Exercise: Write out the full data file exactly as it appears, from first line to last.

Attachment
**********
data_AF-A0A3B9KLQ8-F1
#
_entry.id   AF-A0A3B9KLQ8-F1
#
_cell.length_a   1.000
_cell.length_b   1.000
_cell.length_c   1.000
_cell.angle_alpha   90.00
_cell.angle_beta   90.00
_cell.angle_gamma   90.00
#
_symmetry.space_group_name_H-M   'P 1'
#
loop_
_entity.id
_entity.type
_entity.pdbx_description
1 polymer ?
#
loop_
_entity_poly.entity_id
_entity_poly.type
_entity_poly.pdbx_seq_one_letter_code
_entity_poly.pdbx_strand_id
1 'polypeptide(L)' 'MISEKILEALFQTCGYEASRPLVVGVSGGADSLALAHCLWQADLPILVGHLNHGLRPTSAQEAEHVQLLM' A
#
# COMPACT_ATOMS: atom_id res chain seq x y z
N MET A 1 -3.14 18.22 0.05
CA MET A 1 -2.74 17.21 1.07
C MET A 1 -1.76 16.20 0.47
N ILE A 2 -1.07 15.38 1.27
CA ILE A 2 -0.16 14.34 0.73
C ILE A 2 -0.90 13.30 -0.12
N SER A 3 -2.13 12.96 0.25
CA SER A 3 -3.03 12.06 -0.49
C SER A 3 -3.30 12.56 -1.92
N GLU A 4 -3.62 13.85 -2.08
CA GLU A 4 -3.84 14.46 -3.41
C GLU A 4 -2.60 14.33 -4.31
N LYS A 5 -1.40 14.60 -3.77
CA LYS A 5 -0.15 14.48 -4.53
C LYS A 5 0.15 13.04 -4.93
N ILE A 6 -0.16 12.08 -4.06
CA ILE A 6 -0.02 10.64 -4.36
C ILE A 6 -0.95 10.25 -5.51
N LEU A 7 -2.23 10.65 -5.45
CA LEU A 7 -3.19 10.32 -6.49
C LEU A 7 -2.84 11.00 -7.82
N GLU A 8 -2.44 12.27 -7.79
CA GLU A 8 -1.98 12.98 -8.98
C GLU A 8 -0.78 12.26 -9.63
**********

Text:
data_AF-A0A3B9KLQ8-F1
#
_entry.id   AF-A0A3B9KLQ8-F1
#
_cell.length_a   1.000
_cell.length_b   1.000
_cell.length_c   1.000
_cell.angle_alpha   90.00
_cell.angle_beta   90.00
_cell.angle_gamma   90.00
#
_symmetry.space_group_name_H-M   'P 1'
#
loop_
_entity.id
_entity.type
_entity.pdbx_description
1 polymer ?
#
loop_
_entity_poly.entity_id
_entity_poly.type
_entity_poly.pdbx_seq_one_letter_code
_entity_poly.pdbx_strand_id
1 'polypeptide(L)' 'MISEKILEALFQTCGYEASRPLVVGVSGGADSLALAHCLWQADLPILVGHLNHGLRPTSAQEAEHVQLLM' A
#
# COMPACT_ATOMS: atom_id res chain seq x y z
N MET A 1 -3.14 18.22 0.05
CA MET A 1 -2.74 17.21 1.07
C MET A 1 -1.76 16.20 0.47
N ILE A 2 -1.07 15.38 1.27
CA ILE A 2 -0.16 14.34 0.73
C ILE A 2 -0.90 13.30 -0.12
N SER A 3 -2.13 12.96 0.25
CA SER A 3 -3.03 12.06 -0.49
C SER A 3 -3.30 12.56 -1.92
N GLU A 4 -3.62 13.85 -2.08
CA GLU A 4 -3.84 14.46 -3.41
C GLU A 4 -2.60 14.33 -4.31
N LYS A 5 -1.40 14.60 -3.77
CA LYS A 5 -0.15 14.48 -4.53
C LYS A 5 0.15 13.04 -4.93
N ILE A 6 -0.16 12.08 -4.06
CA ILE A 6 -0.02 10.64 -4.36
C ILE A 6 -0.95 10.25 -5.51
N LEU A 7 -2.23 10.65 -5.45
CA LEU A 7 -3.19 10.32 -6.49
C LEU A 7 -2.84 11.00 -7.82
N GLU A 8 -2.44 12.27 -7.79
CA GLU A 8 -1.98 12.98 -8.98
C GLU A 8 -0.78 12.26 -9.63